Two weeks after the cancellation of Victoria’s Maitreya Festival organisers have finally made a statement as ticket holders continue to get angrier and angrier about their inability to get a refund.
Last week Maitreya’s ticket company TryBooking said that they weren’t entirely sure if they were legally responsible to give refunds, while a Facebook page was set up by angry punters to work on getting their money back.
Now, organisers have taken to Facebook, offering very little indication of whether they will offer refunds soon.
“For those of you who have been following this fiasco, this has evolved into a very complex situation and we appreciate your patience and all your support during this time,” they wrote.
“The crew have only just returned from the site pack-down, which was a huge challenge in itself. The team is currently working on the best possible solution for everyone involved in particular all the concerns raised about ticketing.”
They have promised more information next week and thanked ticket holders for their patience, although it seems punters are rightfully done with being patient. Majority of the comments on the Facebook post are simply asking whether or not they’re getting a refund.
Consumer Affairs Victoria has since issued a statement to inthemix stating that “anyone who has bought a ticket to a music festival that is cancelled is entitled to a full refund” and that “people should request the refund from the company that sold them the festival ticket”.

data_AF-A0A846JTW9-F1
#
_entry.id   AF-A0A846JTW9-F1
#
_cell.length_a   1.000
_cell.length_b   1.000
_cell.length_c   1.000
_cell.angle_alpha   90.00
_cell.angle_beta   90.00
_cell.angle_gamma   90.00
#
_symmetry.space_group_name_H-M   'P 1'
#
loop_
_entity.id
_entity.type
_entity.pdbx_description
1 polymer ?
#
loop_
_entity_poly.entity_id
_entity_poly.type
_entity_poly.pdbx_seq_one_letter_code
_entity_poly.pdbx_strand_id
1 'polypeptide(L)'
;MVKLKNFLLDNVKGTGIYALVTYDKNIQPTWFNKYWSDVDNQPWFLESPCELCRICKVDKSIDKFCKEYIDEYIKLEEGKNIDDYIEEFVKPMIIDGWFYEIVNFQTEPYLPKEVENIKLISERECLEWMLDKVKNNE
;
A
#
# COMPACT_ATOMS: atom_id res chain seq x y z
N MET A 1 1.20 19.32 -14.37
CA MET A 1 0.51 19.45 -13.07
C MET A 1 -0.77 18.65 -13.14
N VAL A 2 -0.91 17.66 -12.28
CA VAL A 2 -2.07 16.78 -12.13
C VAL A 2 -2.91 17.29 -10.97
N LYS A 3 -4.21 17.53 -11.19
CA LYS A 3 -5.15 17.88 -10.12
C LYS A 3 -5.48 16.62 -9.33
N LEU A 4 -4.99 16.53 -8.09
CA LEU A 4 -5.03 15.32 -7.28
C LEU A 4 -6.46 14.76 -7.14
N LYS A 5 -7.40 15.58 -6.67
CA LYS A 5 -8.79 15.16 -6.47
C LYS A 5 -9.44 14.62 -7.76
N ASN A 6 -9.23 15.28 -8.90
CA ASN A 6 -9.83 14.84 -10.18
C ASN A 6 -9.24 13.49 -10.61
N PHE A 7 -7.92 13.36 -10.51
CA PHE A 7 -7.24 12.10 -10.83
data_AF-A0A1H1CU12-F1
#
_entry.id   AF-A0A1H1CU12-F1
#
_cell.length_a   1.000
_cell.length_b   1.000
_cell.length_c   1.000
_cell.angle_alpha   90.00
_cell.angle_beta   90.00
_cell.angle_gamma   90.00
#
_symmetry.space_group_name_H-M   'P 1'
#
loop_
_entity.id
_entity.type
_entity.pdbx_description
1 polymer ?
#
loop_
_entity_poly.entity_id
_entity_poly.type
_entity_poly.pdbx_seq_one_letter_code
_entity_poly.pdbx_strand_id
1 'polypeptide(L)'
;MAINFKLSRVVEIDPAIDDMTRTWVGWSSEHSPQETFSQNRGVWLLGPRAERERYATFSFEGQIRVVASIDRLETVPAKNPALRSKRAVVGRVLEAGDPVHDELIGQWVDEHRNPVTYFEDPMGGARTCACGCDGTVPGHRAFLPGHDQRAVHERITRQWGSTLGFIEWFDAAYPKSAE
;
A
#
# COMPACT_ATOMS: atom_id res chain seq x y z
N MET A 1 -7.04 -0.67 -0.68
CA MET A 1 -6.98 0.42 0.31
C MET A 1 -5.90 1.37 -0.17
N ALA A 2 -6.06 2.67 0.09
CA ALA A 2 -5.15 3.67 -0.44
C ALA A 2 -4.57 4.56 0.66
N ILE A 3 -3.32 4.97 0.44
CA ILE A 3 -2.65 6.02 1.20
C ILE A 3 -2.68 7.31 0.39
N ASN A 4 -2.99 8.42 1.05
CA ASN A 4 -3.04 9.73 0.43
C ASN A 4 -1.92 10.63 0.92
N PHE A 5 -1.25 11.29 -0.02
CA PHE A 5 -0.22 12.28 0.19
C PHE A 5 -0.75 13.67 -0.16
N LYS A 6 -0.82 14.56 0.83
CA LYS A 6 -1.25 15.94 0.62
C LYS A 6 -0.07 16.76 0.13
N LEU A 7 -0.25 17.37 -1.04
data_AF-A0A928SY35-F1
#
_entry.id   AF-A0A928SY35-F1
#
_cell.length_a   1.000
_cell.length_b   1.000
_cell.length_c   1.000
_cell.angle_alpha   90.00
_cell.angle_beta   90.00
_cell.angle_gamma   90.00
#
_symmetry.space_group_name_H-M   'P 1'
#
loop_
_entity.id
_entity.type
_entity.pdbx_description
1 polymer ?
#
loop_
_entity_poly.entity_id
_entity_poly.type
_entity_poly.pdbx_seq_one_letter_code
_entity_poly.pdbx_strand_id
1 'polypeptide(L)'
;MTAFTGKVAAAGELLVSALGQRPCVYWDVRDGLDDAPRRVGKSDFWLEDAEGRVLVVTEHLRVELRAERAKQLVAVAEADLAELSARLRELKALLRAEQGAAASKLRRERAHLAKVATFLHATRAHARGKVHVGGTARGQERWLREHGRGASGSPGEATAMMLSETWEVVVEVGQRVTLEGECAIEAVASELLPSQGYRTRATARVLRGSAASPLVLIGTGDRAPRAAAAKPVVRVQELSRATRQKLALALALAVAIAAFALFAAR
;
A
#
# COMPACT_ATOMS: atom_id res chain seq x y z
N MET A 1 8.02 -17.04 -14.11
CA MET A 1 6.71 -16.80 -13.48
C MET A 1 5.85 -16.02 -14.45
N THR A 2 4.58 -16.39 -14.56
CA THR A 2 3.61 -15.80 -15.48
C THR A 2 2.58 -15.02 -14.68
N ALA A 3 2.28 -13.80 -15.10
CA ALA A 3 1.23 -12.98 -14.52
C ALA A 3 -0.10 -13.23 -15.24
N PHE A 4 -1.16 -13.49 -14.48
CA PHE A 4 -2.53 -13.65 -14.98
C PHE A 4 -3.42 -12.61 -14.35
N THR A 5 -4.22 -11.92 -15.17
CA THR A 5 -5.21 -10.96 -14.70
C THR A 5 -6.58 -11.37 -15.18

They suggested that the best way for ticket holders to get their money back at the moment is to request a charge back from their bank if they purchased from a credit card. This option, however, may not be possible if they purchased the tickets more than a month ago.
A similar situation happened with this year’s Soundwave when the situation was murky as to whether the promoter AJ Maddah was responsible for offering refunds or ticketing company Eventopia was. It eventuated that even though Eventopia had forwarded ticket money to Maddah, they were still responsible for issuing refunds.
Oztix CEO Brian “Smash” Chladil told themusic.com.au that this is a common situation for smaller ticketing companies at the moment.
“We are hearing a lot of cases of small ticket companies – in order to win the business – are giving the promoter the ticket funds instead of holding them in trust for the patrons,” he said.
“That’s all okay until the promoter, having spent all the money, can’t get the event to happen and then there is no money for refunds. It’s happening more and more.”